19 comments on “Easter

  1. No hardboiled Easter eggs at our house. My mother taught us how to poke a pin hole in either end of the egg and blow it out. Then we’d decorate. Very elegant. Being Jewish, my mother didn’t go to church Easter week; I guess that gave her more time to refine her Easter eggs.

    • We learned how to blow out eggs in school but, for some reason, never did it at home. I woould have enjoyed it more. There would also be ore options for using the contents as well. Thanks for your comment

  2. A very interesting post which brought back long forgotten memories of my Southern Baptist upbringing (I knew we had something in common). My youngest brother is now a Southern Baptist Evangelical care pastor of a humongous Baptist Church in Greenville, SC. Those Sunday services go on ALL DAY, ending Sunday evening with a giant pot luck of all kinds of goodies. Not many skinnies in that church, including him (who will never read this comment). I always liked Easter because it is the colorful harbinger of spring with all the wonderful pastel colors after the monochrome winter. Just today I planted a couple dozen more bright yellow daffodils outside to add to the Yellow Explosion in our backyard. Easter = rebirth. Happy Easter! 🙂
    Retired in Delaware

  3. let’s see, we have marshmallow peeps (made in a factory 1 hour away from me!), chocolate bunnies, stuffed bunnies, rubber duckies, turtles, and plastic eggs. I hate hard boiled eggs too; I chuck the yolk and eat the whites (better for you anyway). LOVE the peep garnish on the fruity drink! and I join you in the ACHOOs of the season!

    “We learned how to blow out eggs in school” – heh heh heh, you said “blow” 😉

  4. I have been debating what to write about concerning Easter and my conflicted beliefs about church, denomination, faith and all that “those people” do to tear down us gays. My day was much like yours; memories, mostly good ones, of family, church, singing (also Southern Baptist), dressing up (don’t remember the plaid jackets, but always new dress clothes). Thanks for a post that helped focus them a bit.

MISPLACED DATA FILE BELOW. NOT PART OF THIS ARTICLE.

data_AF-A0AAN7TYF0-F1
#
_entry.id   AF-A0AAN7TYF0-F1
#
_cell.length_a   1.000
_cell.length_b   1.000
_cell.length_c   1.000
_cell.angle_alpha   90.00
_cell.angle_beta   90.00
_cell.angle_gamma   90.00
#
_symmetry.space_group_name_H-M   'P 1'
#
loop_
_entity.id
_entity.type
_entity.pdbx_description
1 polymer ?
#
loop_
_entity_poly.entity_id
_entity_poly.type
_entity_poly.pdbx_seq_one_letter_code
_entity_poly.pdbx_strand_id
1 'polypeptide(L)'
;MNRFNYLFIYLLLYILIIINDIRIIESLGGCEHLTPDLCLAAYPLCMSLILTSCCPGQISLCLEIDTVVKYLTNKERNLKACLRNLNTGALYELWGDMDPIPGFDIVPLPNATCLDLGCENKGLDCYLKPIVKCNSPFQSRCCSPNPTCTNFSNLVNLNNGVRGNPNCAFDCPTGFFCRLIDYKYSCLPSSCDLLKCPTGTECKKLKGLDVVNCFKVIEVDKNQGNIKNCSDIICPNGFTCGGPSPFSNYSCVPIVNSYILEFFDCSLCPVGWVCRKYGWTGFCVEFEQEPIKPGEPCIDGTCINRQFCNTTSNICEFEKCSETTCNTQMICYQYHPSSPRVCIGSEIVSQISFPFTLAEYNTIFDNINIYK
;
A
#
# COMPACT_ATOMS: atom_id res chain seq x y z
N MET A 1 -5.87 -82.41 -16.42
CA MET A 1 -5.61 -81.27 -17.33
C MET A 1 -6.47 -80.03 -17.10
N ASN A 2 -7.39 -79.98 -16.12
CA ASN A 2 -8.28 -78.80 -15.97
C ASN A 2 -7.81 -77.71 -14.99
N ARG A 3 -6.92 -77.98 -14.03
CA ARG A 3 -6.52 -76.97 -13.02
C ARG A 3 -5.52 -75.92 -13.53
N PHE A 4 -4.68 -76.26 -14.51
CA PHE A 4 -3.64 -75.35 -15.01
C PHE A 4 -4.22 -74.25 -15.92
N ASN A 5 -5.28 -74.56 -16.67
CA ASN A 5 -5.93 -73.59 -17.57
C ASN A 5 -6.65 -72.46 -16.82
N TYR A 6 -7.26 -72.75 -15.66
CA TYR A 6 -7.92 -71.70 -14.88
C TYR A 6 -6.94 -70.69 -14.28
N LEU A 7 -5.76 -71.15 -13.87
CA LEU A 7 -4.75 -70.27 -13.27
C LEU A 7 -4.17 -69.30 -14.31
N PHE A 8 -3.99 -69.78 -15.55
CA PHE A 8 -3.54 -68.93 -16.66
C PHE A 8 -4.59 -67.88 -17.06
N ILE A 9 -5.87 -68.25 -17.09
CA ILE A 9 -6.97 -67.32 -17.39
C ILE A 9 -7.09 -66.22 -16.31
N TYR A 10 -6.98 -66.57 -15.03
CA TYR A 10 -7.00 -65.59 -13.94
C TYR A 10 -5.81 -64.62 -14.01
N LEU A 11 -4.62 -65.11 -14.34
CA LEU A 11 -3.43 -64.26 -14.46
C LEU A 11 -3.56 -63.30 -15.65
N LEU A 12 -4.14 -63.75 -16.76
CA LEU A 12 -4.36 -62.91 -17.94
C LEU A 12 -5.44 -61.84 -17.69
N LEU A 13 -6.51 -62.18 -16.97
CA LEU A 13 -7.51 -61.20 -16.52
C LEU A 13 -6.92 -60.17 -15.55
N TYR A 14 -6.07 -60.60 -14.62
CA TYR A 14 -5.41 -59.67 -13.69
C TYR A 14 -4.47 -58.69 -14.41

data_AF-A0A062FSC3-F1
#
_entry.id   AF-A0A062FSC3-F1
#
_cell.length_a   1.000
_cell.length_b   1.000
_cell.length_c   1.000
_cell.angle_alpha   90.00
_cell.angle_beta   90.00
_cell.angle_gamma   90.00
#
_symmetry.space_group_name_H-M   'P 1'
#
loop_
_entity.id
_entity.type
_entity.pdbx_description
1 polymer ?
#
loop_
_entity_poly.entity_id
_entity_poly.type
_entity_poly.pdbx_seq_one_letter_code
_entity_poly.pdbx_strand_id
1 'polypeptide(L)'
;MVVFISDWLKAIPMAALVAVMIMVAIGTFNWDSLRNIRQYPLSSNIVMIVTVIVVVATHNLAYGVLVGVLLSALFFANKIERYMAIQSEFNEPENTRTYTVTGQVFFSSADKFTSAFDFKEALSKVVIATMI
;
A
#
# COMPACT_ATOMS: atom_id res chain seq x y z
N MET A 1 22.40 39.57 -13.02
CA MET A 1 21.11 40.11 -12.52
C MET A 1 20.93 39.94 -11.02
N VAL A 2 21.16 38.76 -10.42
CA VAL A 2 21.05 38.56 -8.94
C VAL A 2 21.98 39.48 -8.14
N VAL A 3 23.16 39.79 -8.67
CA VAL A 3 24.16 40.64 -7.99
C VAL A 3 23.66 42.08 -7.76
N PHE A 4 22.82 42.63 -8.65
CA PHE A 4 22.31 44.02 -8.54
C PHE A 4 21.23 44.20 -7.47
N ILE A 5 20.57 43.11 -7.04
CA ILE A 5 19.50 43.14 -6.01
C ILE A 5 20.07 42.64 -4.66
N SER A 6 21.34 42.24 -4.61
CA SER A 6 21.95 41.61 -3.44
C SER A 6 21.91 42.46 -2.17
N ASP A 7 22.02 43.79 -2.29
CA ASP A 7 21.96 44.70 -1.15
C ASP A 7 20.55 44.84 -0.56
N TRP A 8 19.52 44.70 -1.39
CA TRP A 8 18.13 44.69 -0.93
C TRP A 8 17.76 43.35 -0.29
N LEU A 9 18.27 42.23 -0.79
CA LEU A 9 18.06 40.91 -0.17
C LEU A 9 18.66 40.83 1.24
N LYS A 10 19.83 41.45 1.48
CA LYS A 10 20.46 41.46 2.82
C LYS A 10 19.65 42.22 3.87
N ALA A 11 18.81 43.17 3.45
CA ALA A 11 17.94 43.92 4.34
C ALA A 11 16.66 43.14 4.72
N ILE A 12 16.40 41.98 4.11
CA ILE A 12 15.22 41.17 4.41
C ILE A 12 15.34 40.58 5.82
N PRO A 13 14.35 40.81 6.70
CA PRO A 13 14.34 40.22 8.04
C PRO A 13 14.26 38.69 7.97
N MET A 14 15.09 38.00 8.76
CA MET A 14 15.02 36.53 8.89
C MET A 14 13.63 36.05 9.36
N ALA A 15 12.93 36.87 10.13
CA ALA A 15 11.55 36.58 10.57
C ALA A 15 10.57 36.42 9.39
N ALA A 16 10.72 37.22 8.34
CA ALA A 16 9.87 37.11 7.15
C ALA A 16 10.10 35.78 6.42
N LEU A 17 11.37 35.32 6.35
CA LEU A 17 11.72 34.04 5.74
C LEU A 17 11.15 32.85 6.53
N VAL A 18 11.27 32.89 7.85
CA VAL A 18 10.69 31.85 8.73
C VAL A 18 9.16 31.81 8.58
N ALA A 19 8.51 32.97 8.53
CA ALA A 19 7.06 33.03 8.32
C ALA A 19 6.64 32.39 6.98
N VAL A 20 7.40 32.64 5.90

Peace ❤

  5. Am I the only Methodist in the group? Well, I used to be Methodist (later, United Methodist), but I have given up on all the religion stuff — yes, I said stuff, because that is what it is. I always got new clothes too at the Young Men’s Shop. I remember all the traditional stuff too (yes, we had cherries in the center of the pineapple rings), church filled to overflowing, and pipe organs and anthems. I do love everything played on the pipe organ, especially Bach. Sometimes it was a trip to Grandma’s house (which is now my Lady Slipper Cove farm) with lots of food. I was chubby too as a kid (had to wear “stout” sizes). Grandma said that I wasn’t fat, just “fleshy.” And fleshy was equated with healthy!

    • Thanks for your comment. There was an organ at Calvary Baptist Church but, to my knowledge, no one ever played Bach on it. “Stout” made me smile. The synonyn/euphemism I recall was “husky”. 🙂

  6. As young kids the nuns at school told us, in all seriousness, that on the first Easter Sunday the sun actually “danced with joy”. Now THAT would have been worth witnessing, not to say highly perilous to the Earth and other planets!

      • Could be, H.K. But whether it was a waltz, a tango or a paso doble, we weren’t informed. Perhaps one of them was doing the ‘twist’!

  7. We’ve always viewed Easter as a chance for the entire family to get together, pig out, then fall asleep in front of the TV.

  8. I believe you misspoke re:Judy Garland. Didn’t you mean to say that given the Holiday and your photos of your Easter baskets that this version of the song by Miss Garland is more in keeping with the Holiday, given that Judy is an icon to your peeps……teehee

  9. Having been raised in the Jehovah’s Witness faith, I didn’t celebrate Easter nor any other holiday until I left that faith in an attempt to actually have faith. Now my Easters are more like yours, a secular holiday that is more about chocolate candy and ham than Christian observances. And I’m completely fine with that.

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